The brief laid down by Andrew Lambert was 'to advance and foster the education of the public in the study and appreciation of the arts and in particular the visual arts since 1900'. MOMA MACHYNLLETH do this with great variety. Their recent major exhibitions include: the Abertyleri artist Roger Cecil (1942-2015), curated by Dr Peter Wakelin; the Meirionydd Artists Society; a selection from The Tabernacle Collection (MOMA MACHYNLLETH’s permanent collection of over 300 works); and, in the magnificent Sculpture Space in The Tannery, a ‘work in progress’ plait by Eli Acheson-Elmassry made of cotton, satin, turmeric, sweet orange, frankincense and myrrh, with an invitation to visitors to join in.

MOMA Tannery Gallery
The Tannery, gallery

Every year since 1987, in late August, the Trust has put on the Machynlleth Festival, centred around MOMA Machynlleth. This year, the eight day Festival included: a traditional Cymanfa Ganu; a recital ‘on the wonders of the neglected triple harp’; and a concert by the prizewinning male voice choir Côr Meibion Machynlleth. The Artistic Director of the festival is Julius Drake who uses his international contacts to bring chamber music performers of the highest order to Machynlleth. This year featured Rachel Podger of Brecon Baroque; the recently discovered young recorder player from the Netherlands – Lucie Horsch; and the return of the Vienna Piano Trio.

MOMA Josef Herman Miner
Miner, Josef Herman, (1911-2000)
pastel on canvas

MOMA MACHYNLLETH are holding two centennial exhibitions in 2018: Kyffin Williams (1918-2006); and William Condry (1918-1998), the naturalist and conservationist and former warden of the RSPB reserve at Ynyshir, Ceredigion.

MOMA Kyffin Williams Cottages Cilgwyn
Cottages, Cilgwyn, Kyffin Williams (1918-2006)
oil on canvas, 52.2 x 62.0 cm

Other important exhibitions next year will be The Celtic Fringe by Pete Monaghan, the only artist with the distinction of having won both the First Prize and the Ailsa Owen Memorial Prize in the annual Tabernacle Art Competition; Clive Hicks-Jenkins’ Gawain and the Green Knight; and an exciting exhibition by seven different practitioners celebrating the 50th anniversary of the publication of The Owl Service by Alan Garner.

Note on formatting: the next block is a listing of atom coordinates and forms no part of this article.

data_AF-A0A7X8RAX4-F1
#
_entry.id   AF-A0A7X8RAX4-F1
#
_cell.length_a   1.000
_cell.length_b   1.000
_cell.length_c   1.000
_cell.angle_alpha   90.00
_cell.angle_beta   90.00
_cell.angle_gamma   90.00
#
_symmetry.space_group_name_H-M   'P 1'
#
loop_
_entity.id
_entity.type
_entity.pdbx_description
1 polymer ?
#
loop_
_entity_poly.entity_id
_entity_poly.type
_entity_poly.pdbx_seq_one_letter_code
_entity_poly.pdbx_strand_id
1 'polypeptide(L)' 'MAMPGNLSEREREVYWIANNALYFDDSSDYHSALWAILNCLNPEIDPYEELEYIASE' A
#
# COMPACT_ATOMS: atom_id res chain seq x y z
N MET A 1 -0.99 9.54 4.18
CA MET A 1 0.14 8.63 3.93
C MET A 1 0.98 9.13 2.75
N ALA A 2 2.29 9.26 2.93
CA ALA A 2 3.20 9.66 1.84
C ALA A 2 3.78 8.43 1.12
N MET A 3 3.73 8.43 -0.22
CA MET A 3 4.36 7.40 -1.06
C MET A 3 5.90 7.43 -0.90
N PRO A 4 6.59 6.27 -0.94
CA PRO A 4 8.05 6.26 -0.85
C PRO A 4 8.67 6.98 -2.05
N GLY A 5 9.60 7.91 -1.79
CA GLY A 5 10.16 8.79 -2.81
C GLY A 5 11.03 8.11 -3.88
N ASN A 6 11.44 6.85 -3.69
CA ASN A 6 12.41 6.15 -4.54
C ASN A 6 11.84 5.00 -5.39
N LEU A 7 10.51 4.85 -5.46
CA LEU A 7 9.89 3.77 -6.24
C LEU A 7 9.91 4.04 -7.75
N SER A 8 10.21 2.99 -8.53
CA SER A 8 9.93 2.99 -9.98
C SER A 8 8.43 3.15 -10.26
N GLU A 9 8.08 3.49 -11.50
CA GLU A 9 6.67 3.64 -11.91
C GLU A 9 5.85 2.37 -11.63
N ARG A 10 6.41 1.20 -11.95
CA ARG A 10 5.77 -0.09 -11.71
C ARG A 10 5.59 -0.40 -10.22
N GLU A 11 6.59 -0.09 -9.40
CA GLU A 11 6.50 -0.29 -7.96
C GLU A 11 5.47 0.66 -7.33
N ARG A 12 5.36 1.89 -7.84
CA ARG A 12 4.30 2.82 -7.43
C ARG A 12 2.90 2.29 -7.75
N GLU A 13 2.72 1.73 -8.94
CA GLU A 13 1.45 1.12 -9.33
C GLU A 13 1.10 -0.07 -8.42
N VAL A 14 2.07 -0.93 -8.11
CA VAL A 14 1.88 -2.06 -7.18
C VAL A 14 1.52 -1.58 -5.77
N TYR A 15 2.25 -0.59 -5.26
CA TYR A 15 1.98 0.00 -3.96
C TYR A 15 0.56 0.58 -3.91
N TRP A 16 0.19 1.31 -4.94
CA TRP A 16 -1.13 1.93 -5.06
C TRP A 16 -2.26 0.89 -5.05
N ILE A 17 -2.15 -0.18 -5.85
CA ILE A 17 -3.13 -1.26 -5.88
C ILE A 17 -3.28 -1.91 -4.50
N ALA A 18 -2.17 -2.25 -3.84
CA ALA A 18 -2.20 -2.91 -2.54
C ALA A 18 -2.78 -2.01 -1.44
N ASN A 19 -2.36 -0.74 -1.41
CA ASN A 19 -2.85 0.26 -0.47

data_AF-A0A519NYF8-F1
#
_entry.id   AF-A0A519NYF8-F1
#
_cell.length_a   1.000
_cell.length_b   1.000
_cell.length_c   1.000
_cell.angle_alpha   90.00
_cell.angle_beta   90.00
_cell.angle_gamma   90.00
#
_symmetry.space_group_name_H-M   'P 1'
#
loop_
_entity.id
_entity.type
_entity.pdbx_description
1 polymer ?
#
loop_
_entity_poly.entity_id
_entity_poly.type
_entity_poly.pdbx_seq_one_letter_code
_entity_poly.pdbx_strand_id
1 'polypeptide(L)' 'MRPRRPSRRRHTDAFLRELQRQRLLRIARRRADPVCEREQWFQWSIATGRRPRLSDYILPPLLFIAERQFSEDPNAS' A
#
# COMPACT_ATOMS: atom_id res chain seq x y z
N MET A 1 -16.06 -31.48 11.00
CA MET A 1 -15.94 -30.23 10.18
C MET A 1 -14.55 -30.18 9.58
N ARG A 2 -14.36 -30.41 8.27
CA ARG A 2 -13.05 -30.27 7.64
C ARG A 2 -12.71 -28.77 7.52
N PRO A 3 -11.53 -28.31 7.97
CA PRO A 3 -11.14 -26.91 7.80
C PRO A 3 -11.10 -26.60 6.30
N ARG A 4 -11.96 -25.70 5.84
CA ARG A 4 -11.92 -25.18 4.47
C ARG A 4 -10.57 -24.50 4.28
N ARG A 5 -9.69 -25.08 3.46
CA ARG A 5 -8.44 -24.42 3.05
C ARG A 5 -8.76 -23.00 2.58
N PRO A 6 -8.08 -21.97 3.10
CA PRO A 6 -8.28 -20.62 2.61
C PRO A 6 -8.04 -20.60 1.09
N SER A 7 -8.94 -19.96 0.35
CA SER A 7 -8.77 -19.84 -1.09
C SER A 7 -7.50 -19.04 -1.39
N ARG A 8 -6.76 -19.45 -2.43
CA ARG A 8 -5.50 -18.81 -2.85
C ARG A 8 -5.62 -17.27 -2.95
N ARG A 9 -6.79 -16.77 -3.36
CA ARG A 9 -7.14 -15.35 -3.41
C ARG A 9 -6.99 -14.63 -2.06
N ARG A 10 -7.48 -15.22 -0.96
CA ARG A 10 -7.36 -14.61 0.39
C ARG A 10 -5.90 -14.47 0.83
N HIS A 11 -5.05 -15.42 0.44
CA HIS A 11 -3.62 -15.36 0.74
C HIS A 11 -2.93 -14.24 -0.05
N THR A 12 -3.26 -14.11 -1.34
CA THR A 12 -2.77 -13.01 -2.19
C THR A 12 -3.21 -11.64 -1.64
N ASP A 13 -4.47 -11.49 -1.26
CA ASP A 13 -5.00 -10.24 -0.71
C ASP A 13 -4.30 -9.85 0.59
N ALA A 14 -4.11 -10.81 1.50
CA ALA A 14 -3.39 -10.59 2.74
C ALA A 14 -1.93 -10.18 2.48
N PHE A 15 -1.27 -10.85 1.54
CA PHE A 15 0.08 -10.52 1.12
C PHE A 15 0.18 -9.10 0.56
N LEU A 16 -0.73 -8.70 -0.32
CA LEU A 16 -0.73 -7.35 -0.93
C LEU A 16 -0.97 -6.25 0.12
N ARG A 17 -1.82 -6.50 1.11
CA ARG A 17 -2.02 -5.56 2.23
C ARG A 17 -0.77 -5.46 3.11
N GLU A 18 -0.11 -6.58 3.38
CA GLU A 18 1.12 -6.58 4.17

The Glyndŵr Award, presented each year for 'An Outstanding Contribution to the Arts in Wales', rotates between literature, the visual arts and music. This year's recipient is journalist and writer, Dylan Iorwerth.

MOMA Mary Lloyd Jones Trysor Ystumtuen
Trysor Ystumtuen, 1995, Mary Lloyd Jones, b 1934
oil on canvas, 76.2x 91.4 cm

If you are anywhere near Machynlleth, and even if you aren't, it is well worthwhile making a detour or special trip to visit the town, and especially to MOMA MACHYNLLETH. Allow yourself a couple of hours to see and enjoy the wonderful collections on show in each of the galleries.

The A487, Aberystwyth (17¾ miles away) to Dolgellau (16 miles) road, runs through the town and the A489 terminates at 'Mach', connecting to the A470 for Newtown (28¾ miles away in total). 

Machynlleth station is on the Aberystwyth to Shrewsbury Cambrian Line. This line is currently served by Arriva Trains Wales. 

Machynlleth is on the TrawsCymru T2 Bangor to Aberystwyth bus service.

 MOMA Kevin Sinnott Waching the Buzzard
Watching the Buzzard, 1998, Kevin Sinnott, b 1947
oil on linen, 142 x 175 cm

MOMA MACHYNLLETH's galleries are open 10 a.m. to 4 p.m, Monday to Saturday; entry is free.

MOMA Mike Briscoe Morning
Morning, 2000, Mike Briscoe, b 1960
oil on board, 101 x 75 cm


Y Tabernacl
Heol Penrallt
SY20 8AJ
Tel/Ffôn: +44(0)1654 703355
Twitter/trydar: @momamachynlleth
Facebook: MOMA Machynlleth


See also: galleries



 cylchgrawn Cymru Culture magazine
Published by/Cyhoeddwyd gan: Caregos Cyf., 2017